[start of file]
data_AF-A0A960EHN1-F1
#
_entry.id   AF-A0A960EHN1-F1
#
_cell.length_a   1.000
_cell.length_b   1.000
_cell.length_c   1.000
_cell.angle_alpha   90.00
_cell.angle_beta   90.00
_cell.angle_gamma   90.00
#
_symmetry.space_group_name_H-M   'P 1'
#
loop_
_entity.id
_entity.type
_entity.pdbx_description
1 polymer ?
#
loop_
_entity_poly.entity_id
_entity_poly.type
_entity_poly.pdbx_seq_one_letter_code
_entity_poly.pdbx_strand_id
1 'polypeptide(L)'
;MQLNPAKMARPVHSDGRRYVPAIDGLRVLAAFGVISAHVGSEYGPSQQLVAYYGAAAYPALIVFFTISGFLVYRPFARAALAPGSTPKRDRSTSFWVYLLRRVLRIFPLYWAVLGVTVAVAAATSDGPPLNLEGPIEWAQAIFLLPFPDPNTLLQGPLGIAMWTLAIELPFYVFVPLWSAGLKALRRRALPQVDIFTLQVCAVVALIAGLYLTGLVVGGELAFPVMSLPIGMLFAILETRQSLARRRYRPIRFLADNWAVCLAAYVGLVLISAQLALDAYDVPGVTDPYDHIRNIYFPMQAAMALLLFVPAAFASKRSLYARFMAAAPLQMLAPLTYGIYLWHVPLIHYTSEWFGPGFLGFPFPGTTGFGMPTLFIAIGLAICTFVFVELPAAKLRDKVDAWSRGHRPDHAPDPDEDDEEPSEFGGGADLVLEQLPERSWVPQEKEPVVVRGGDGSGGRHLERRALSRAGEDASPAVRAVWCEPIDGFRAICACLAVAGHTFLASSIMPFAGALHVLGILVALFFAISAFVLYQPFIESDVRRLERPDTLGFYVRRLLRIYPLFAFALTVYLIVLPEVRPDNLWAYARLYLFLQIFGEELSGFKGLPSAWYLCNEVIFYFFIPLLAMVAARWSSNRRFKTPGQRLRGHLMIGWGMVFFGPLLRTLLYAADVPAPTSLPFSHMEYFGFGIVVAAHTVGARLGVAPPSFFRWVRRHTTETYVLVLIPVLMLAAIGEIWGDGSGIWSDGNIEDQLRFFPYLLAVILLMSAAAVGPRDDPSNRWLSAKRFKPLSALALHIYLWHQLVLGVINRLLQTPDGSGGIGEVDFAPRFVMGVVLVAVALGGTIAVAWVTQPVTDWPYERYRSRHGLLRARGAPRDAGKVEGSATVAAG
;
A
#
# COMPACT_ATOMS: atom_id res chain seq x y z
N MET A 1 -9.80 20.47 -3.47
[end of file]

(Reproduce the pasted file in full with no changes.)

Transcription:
data_AF-A0A960EHN1-F1
#
_entry.id   AF-A0A960EHN1-F1
#
_cell.length_a   1.000
_cell.length_b   1.000
_cell.length_c   1.000
_cell.angle_alpha   90.00
_cell.angle_beta   90.00
_cell.angle_gamma   90.00
#
_symmetry.space_group_name_H-M   'P 1'
#
loop_
_entity.id
_entity.type
_entity.pdbx_description
1 polymer ?
#
loop_
_entity_poly.entity_id
_entity_poly.type
_entity_poly.pdbx_seq_one_letter_code
_entity_poly.pdbx_strand_id
1 'polypeptide(L)'
;MQLNPAKMARPVHSDGRRYVPAIDGLRVLAAFGVISAHVGSEYGPSQQLVAYYGAAAYPALIVFFTISGFLVYRPFARAALAPGSTPKRDRSTSFWVYLLRRVLRIFPLYWAVLGVTVAVAAATSDGPPLNLEGPIEWAQAIFLLPFPDPNTLLQGPLGIAMWTLAIELPFYVFVPLWSAGLKALRRRALPQVDIFTLQVCAVVALIAGLYLTGLVVGGELAFPVMSLPIGMLFAILETRQSLARRRYRPIRFLADNWAVCLAAYVGLVLISAQLALDAYDVPGVTDPYDHIRNIYFPMQAAMALLLFVPAAFASKRSLYARFMAAAPLQMLAPLTYGIYLWHVPLIHYTSEWFGPGFLGFPFPGTTGFGMPTLFIAIGLAICTFVFVELPAAKLRDKVDAWSRGHRPDHAPDPDEDDEEPSEFGGGADLVLEQLPERSWVPQEKEPVVVRGGDGSGGRHLERRALSRAGEDASPAVRAVWCEPIDGFRAICACLAVAGHTFLASSIMPFAGALHVLGILVALFFAISAFVLYQPFIESDVRRLERPDTLGFYVRRLLRIYPLFAFALTVYLIVLPEVRPDNLWAYARLYLFLQIFGEELSGFKGLPSAWYLCNEVIFYFFIPLLAMVAARWSSNRRFKTPGQRLRGHLMIGWGMVFFGPLLRTLLYAADVPAPTSLPFSHMEYFGFGIVVAAHTVGARLGVAPPSFFRWVRRHTTETYVLVLIPVLMLAAIGEIWGDGSGIWSDGNIEDQLRFFPYLLAVILLMSAAAVGPRDDPSNRWLSAKRFKPLSALALHIYLWHQLVLGVINRLLQTPDGSGGIGEVDFAPRFVMGVVLVAVALGGTIAVAWVTQPVTDWPYERYRSRHGLLRARGAPRDAGKVEGSATVAAG
;
A
#
# COMPACT_ATOMS: atom_id res chain seq x y z
N MET A 1 -9.80 20.47 -3.47